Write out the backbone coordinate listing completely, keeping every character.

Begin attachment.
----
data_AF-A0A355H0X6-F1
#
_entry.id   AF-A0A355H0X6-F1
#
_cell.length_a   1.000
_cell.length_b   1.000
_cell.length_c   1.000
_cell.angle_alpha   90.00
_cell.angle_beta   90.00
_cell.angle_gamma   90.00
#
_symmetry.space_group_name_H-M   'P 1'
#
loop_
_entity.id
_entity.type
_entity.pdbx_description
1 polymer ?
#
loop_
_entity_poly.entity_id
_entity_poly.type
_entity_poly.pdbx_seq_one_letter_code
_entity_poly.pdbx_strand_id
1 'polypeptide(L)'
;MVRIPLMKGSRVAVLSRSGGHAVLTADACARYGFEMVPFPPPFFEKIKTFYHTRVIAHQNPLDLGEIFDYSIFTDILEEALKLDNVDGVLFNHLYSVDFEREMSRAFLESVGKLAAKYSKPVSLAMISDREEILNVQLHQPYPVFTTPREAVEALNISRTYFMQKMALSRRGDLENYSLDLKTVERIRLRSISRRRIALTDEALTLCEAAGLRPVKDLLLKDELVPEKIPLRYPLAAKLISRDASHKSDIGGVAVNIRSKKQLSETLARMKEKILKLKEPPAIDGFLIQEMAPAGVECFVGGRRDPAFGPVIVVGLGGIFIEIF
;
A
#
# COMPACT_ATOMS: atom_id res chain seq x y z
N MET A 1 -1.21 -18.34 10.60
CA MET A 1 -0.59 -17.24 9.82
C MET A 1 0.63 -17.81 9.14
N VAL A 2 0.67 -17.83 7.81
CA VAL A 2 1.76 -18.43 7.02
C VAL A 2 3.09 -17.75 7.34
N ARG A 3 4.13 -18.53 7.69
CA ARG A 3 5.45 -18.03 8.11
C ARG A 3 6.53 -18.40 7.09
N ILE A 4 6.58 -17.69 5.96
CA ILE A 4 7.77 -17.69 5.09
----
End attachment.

data_AF-A0A355H0X6-F1
#
_entry.id   AF-A0A355H0X6-F1
#
_cell.length_a   1.000
_cell.length_b   1.000
_cell.length_c   1.000
_cell.angle_alpha   90.00
_cell.angle_beta   90.00
_cell.angle_gamma   90.00
#
_symmetry.space_group_name_H-M   'P 1'
#
loop_
_entity.id
_entity.type
_entity.pdbx_description
1 polymer ?
#
loop_
_entity_poly.entity_id
_entity_poly.type
_entity_poly.pdbx_seq_one_letter_code
_entity_poly.pdbx_strand_id
1 'polypeptide(L)'
;MVRIPLMKGSRVAVLSRSGGHAVLTADACARYGFEMVPFPPPFFEKIKTFYHTRVIAHQNPLDLGEIFDYSIFTDILEEALKLDNVDGVLFNHLYSVDFEREMSRAFLESVGKLAAKYSKPVSLAMISDREEILNVQLHQPYPVFTTPREAVEALNISRTYFMQKMALSRRGDLENYSLDLKTVERIRLRSISRRRIALTDEALTLCEAAGLRPVKDLLLKDELVPEKIPLRYPLAAKLISRDASHKSDIGGVAVNIRSKKQLSETLARMKEKILKLKEPPAIDGFLIQEMAPAGVECFVGGRRDPAFGPVIVVGLGGIFIEIF
;
A
#
# COMPACT_ATOMS: atom_id res chain seq x y z
N MET A 1 -1.21 -18.34 10.60
CA MET A 1 -0.59 -17.24 9.82
C MET A 1 0.63 -17.81 9.14
N VAL A 2 0.67 -17.83 7.81
CA VAL A 2 1.76 -18.43 7.02
C VAL A 2 3.09 -17.75 7.34
N ARG A 3 4.13 -18.53 7.69
CA ARG A 3 5.45 -18.03 8.11
C ARG A 3 6.53 -18.40 7.09
N ILE A 4 6.58 -17.69 5.96
CA ILE A 4 7.77 -17.69 5.09